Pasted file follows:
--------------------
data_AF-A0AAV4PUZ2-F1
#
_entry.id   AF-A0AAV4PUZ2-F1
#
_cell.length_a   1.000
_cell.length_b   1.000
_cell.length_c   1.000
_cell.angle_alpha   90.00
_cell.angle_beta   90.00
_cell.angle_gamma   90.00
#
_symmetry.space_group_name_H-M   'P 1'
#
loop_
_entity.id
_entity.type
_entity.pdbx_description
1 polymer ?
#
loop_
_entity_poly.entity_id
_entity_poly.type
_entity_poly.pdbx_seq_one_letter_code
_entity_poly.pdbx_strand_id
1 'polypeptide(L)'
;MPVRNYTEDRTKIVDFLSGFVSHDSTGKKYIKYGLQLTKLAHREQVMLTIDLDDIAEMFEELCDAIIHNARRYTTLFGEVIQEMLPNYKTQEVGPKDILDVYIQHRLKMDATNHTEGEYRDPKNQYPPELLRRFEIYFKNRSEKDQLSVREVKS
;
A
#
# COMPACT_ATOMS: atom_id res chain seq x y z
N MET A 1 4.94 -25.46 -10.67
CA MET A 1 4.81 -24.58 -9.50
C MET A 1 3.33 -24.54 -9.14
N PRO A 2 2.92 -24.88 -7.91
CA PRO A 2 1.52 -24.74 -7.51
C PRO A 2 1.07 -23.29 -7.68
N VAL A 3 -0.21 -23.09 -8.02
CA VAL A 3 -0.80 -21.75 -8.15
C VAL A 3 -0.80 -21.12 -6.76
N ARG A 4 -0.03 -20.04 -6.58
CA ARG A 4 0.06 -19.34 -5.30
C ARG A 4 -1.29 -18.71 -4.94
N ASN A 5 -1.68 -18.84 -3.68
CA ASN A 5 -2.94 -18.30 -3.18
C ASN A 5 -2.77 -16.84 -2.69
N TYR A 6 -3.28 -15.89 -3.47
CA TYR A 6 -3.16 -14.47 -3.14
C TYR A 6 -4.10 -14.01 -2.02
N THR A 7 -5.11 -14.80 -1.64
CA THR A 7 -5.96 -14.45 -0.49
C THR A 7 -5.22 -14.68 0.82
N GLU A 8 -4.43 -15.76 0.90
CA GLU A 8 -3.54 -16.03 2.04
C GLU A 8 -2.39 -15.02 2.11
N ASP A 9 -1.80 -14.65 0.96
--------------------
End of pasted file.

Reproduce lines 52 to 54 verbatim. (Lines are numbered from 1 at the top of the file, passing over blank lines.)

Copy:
N GLU A 8 -4.43 -15.76 0.90
CA GLU A 8 -3.54 -16.03 2.04
C GLU A 8 -2.39 -15.02 2.11